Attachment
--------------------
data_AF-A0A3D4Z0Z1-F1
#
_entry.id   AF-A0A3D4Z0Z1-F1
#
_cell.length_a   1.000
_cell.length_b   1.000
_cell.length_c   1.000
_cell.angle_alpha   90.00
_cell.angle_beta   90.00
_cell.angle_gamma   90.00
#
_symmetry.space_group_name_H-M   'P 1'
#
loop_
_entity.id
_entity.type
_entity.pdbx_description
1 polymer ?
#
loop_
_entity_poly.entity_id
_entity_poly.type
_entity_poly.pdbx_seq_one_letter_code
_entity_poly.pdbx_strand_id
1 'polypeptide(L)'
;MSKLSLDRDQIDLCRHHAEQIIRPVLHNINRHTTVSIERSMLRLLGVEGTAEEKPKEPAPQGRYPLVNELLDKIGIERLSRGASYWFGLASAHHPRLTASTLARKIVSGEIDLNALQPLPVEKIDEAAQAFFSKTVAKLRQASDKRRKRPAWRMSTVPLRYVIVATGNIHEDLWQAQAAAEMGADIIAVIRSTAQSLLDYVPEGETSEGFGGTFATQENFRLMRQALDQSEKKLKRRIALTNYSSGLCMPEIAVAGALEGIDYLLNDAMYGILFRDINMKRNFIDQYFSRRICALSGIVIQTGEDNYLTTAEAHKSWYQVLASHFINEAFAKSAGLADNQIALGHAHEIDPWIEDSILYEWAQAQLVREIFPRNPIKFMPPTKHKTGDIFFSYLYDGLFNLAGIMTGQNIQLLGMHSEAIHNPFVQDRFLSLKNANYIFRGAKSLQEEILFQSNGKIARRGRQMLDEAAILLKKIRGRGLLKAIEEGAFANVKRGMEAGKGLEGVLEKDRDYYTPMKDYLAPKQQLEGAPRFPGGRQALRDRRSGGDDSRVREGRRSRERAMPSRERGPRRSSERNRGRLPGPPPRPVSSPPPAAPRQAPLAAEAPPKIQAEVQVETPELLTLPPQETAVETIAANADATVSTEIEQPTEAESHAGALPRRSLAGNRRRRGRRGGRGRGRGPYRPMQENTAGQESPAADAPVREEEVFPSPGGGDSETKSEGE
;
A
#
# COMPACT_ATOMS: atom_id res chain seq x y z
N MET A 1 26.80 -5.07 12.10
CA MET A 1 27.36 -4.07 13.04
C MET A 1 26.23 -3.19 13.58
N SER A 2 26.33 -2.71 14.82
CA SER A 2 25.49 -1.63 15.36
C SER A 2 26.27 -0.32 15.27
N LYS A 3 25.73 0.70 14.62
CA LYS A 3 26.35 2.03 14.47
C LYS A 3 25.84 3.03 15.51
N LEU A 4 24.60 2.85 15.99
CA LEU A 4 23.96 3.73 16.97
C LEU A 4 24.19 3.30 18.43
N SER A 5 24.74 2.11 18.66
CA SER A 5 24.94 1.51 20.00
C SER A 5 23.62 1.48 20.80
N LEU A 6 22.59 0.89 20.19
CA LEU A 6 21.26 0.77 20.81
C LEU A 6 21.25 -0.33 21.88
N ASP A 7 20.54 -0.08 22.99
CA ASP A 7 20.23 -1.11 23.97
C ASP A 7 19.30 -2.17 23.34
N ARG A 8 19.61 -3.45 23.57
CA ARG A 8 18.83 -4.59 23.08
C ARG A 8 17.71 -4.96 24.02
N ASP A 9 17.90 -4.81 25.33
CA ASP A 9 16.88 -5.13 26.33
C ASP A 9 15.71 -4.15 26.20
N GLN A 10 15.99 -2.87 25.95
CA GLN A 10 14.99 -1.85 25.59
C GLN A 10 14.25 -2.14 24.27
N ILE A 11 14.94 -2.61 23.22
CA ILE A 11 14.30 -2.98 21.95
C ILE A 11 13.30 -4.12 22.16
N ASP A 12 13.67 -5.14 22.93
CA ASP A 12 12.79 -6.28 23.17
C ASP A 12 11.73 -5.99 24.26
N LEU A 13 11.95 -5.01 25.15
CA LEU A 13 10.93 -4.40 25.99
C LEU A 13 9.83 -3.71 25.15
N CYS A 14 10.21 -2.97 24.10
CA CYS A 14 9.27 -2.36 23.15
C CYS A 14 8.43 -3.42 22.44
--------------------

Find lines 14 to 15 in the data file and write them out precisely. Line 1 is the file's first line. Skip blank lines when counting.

loop_
_entity.id